Q: But can we expect the fall of the House of GS?
A: It’s certainly true that GS was deeply involved in the disaster of Greece, and the looming problems in Italy – but I have no sense at all they are very worried by their past actions in Europe, all of which WERE, after all, “legal” in the most strict sense, no matter how problematic they were from an economic and ethical point of view. And, this case aside, GS’ stock price hasn’t gone down very far at all, at least so far, so I think we are a LONG way from seeing the collapse of the Goldman Sachs empire — let alone the collapse of the entire Wall Street empire. BOTH of them remain VERY strong financially — until, of course, they are forced to “mark to market” all their “toxic assets”. But their political power in Washington remains EQUALLY strong, especially given the insane US “Supreme” Court decision that allows corporations to spend an UNLIMITED amount of money to influence all kinds of political activity, not just elections but also legislation.
Q: Can we risk a tsunami at Wall Street? And at the City in London? Or it’s more of the same, more vaporware than real reengineering of the financial shadow system?
A: Well, again, I don’t think we’re near anything like a tsunami on either Wall Street OR the City — except, of course, the kind they inflicted on themselves and the rest of the world with their own irresponsible actions — eg, Lehman’s Repo 105 — that resulted first in the Black September meltdown, and then, when they wanted to make sure they were protected by taxpayers from their OWN mistakes, the ensuing LENDING FREEZE that has resulted in a recession first in the US, and then — because we have a US-centered global political economy — the rest of the world. The idea that the enforcement of serious regulation could cause the collapse of either Wall Street or the City is merely corporate propaganda — an attempt to limit their own responsibility. And, as George Soros pointed out recently in the Financial Times, even the RELATIVELY strong measure on derivatives recently passed by the US Senate Agriculture committee — don’t ask why they (Agriculture Depart !!) are in charge of the most important instrument of the “global shadow banking / financial system” — is FAR from a complete regulation of all the dangers that can flow from derivatives.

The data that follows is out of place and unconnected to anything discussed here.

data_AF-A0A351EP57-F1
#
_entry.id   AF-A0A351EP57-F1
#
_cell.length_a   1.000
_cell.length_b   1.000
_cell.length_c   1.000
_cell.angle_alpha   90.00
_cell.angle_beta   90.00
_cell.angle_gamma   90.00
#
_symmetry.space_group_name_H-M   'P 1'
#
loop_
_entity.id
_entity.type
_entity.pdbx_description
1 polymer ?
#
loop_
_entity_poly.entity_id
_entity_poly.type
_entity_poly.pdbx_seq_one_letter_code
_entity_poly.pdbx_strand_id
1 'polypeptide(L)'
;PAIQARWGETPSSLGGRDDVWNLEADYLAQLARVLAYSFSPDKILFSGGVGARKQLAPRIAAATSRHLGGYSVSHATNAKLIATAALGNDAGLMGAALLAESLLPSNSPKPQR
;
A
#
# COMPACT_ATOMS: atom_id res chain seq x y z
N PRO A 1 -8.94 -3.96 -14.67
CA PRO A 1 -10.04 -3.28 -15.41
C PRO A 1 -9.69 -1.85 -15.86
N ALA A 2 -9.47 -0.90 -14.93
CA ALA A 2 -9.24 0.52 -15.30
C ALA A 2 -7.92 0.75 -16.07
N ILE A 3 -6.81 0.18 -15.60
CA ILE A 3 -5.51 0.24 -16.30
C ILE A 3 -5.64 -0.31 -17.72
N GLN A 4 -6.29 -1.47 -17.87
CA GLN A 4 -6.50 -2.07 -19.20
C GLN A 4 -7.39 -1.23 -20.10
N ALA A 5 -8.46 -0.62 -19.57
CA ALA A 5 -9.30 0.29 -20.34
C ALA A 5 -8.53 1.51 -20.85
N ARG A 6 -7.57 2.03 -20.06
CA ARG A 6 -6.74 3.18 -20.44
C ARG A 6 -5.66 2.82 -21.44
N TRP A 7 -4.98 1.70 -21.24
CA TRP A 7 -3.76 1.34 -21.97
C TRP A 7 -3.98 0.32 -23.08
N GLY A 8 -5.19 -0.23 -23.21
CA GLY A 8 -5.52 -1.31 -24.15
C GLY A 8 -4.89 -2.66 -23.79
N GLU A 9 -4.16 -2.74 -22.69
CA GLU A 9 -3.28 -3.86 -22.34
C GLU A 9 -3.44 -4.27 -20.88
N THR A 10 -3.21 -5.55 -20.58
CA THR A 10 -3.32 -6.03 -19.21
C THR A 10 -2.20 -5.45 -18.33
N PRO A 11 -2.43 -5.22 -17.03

Q: Who can profit from an eventual fall of the House of GS?
A: Well, like I said, I really don’t think GS is anywhere CLOSE to falling, so I wouldn’t prepare any obituaries yet. As far as who would benefit from a diminution of GS’ power, I think we’ve seen from how THEY and the rest of the remaining TBTF (too big too fail) banks carved up both Lehman Bros and Bear Stearns, that the IMMEDIATE beneficiaries of any such — again, most unlikely — happening are likely to be the REMAINING Wall Street firms. In the longer run, I think the beneficiaries of an ORDERLY and politically regulated diminution of both GS’ AND Wall Street’s power would be American taxpayers and everyone else in the world. But, again, I think we’re a LONG way from that happening.